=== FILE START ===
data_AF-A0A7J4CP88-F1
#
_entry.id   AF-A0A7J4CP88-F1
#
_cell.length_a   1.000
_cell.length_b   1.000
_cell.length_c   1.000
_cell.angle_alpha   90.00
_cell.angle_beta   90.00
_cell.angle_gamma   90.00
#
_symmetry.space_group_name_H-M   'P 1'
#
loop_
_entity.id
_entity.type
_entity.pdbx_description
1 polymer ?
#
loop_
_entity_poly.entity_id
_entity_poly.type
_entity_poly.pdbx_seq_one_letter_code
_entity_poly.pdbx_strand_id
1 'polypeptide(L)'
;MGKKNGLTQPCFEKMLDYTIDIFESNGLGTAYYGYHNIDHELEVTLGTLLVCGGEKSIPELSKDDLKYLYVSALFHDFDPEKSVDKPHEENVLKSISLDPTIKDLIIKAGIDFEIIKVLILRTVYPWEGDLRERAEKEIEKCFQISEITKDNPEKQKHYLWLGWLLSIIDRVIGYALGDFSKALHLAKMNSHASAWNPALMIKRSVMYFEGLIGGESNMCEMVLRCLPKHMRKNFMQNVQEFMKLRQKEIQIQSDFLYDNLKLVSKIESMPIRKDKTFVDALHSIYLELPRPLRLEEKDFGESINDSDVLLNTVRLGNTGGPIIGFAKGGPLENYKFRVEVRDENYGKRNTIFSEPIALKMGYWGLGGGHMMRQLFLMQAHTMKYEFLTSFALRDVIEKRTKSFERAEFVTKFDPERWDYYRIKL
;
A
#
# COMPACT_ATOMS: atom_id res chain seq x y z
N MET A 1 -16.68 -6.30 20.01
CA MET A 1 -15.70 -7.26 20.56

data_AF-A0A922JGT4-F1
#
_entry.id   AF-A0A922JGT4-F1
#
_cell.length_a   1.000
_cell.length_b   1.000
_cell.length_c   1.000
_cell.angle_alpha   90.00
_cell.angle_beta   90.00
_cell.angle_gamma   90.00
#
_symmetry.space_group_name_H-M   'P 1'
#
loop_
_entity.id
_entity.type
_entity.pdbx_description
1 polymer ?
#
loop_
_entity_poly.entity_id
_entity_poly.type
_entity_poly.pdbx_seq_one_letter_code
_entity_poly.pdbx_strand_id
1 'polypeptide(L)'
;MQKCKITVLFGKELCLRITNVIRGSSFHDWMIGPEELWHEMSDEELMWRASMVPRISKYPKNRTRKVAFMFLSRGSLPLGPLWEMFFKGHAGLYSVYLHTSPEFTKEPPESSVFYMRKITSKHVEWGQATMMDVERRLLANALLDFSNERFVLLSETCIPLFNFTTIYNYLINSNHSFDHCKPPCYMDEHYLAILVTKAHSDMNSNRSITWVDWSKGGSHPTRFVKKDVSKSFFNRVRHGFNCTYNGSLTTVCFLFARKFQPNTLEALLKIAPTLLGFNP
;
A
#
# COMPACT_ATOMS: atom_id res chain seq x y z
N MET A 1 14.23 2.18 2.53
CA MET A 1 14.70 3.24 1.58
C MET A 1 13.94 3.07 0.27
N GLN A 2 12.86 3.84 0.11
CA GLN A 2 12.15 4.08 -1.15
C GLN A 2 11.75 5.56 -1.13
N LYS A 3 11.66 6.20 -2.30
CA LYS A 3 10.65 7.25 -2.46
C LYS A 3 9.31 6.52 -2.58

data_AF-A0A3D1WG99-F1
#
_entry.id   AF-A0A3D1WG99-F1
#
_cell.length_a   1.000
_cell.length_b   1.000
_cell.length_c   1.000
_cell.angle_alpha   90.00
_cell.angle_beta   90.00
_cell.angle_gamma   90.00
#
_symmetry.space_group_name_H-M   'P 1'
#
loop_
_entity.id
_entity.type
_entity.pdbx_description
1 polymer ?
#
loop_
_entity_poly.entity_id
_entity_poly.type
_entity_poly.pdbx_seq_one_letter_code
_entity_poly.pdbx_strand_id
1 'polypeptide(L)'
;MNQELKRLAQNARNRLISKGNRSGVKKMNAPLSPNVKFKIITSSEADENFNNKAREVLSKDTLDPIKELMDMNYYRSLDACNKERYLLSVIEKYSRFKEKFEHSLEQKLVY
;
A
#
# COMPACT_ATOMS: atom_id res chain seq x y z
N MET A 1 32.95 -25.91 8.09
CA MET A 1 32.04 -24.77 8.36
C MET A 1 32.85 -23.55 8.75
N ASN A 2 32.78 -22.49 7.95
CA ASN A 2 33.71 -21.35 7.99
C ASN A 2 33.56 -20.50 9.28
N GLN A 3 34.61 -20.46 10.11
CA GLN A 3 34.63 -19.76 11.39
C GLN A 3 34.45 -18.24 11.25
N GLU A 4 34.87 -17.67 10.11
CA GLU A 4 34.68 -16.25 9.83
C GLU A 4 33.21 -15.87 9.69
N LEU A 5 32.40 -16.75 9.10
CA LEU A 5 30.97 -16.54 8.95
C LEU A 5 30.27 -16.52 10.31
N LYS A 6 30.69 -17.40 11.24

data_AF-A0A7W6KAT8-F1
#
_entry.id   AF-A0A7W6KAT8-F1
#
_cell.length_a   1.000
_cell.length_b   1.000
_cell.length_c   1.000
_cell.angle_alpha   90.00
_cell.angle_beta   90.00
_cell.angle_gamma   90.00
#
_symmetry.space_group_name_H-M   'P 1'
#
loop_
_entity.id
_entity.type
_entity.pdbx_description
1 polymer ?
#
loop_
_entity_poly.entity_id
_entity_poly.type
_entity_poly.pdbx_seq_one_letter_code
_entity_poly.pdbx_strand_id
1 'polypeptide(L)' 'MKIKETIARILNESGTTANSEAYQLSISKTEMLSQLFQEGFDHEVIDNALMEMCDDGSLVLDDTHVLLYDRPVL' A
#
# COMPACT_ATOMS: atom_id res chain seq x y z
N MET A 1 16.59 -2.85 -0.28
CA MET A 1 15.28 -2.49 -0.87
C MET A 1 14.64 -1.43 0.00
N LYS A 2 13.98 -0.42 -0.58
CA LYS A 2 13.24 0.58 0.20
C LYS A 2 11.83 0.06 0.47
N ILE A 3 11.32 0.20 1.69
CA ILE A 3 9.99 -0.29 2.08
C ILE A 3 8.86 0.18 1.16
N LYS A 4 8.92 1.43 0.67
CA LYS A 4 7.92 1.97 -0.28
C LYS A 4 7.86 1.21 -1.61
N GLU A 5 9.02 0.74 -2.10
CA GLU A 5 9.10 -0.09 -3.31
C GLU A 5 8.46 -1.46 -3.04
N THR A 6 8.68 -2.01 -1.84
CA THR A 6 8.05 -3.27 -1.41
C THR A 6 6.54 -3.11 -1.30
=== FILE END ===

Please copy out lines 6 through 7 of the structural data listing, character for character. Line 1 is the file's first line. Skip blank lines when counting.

_cell.length_b   1.000
_cell.length_c   1.000